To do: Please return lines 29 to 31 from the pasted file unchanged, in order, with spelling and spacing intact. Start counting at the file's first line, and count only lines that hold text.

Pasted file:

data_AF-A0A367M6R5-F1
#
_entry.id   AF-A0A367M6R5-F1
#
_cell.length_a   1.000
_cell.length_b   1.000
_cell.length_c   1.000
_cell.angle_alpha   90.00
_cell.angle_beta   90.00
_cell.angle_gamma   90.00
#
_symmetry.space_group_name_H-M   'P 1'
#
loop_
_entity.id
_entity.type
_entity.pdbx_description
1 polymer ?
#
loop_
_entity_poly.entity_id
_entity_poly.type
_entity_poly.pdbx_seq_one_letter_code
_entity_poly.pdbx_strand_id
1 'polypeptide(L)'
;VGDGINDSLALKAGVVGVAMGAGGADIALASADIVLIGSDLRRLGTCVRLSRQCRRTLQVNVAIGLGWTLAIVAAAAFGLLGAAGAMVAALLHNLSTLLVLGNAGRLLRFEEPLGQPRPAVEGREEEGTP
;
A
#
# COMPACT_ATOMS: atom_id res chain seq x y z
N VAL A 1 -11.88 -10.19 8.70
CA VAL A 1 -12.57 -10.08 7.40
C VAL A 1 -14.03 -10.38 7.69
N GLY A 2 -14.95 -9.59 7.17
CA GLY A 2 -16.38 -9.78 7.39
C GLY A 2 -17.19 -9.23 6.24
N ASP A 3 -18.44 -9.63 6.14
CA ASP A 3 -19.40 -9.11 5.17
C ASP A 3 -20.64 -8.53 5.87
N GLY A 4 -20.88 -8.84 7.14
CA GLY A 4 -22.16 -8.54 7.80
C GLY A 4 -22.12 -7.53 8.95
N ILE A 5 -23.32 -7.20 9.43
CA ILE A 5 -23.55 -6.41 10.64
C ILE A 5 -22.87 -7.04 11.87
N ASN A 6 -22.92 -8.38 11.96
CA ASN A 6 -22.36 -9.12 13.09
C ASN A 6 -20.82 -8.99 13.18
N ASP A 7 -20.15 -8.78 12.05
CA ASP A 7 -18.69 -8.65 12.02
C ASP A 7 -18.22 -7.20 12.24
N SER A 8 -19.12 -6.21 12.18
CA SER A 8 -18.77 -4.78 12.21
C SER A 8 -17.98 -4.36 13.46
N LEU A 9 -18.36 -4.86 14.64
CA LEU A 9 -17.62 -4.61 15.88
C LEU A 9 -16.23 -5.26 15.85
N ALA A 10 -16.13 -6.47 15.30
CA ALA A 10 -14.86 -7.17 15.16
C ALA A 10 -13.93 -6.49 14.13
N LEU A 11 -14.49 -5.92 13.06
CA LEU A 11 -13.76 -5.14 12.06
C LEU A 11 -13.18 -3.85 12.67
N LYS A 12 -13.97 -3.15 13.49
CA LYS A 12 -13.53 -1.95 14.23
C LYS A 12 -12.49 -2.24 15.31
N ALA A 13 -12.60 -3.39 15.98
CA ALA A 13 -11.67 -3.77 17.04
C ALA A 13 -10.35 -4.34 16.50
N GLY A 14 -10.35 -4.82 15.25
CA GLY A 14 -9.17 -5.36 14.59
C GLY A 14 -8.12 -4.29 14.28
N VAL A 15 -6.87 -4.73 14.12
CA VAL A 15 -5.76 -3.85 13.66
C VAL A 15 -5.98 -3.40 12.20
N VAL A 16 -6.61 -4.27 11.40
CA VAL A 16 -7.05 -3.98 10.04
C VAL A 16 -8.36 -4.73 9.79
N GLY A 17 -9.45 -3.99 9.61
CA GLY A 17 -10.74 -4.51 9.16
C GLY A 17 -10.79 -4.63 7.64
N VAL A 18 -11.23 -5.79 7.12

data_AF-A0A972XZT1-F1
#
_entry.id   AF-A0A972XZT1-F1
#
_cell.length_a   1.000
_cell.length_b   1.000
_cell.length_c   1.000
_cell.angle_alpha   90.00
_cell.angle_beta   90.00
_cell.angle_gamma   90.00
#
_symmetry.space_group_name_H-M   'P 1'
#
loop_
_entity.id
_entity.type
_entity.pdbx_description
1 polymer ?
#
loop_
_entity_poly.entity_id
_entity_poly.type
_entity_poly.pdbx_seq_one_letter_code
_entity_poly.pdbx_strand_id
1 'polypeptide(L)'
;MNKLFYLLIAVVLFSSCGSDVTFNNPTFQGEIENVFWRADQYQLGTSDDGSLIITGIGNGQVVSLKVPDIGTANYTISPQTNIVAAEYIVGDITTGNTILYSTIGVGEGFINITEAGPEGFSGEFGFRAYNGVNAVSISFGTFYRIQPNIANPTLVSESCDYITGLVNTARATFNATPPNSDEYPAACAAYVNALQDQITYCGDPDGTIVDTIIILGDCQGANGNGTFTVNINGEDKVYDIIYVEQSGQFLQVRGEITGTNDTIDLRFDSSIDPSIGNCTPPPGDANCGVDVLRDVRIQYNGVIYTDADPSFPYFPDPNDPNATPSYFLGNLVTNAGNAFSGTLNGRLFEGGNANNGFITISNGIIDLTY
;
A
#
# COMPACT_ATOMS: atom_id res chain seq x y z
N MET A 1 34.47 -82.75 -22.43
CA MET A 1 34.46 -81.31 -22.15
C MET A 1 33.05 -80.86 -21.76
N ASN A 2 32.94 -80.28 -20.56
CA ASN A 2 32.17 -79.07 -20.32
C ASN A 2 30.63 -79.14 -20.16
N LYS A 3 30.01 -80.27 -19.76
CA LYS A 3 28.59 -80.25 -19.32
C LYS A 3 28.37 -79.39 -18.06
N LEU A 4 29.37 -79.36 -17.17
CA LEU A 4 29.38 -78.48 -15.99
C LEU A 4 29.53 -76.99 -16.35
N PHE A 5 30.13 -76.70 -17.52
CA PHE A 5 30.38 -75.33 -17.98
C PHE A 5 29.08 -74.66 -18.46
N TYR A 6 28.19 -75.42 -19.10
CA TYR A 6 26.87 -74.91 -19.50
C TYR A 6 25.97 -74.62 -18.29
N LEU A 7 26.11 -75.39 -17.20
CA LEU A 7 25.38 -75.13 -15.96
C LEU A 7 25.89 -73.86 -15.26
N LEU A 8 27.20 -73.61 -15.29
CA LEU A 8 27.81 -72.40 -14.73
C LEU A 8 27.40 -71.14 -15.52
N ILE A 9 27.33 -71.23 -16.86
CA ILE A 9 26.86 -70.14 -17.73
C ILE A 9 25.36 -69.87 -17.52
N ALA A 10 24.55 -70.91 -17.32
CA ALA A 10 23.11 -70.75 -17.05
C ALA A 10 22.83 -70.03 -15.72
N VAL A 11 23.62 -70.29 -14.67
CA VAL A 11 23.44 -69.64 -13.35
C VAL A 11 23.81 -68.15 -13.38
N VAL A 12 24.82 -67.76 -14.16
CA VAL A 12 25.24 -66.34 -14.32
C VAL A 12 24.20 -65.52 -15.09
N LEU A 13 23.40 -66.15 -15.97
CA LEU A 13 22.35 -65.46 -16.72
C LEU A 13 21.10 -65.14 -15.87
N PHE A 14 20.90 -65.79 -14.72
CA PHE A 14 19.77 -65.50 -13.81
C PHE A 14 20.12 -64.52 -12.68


#
# COMPACT_ATOMS: atom_id res chain seq x y z
N VAL A 1 -11.88 -10.19 8.70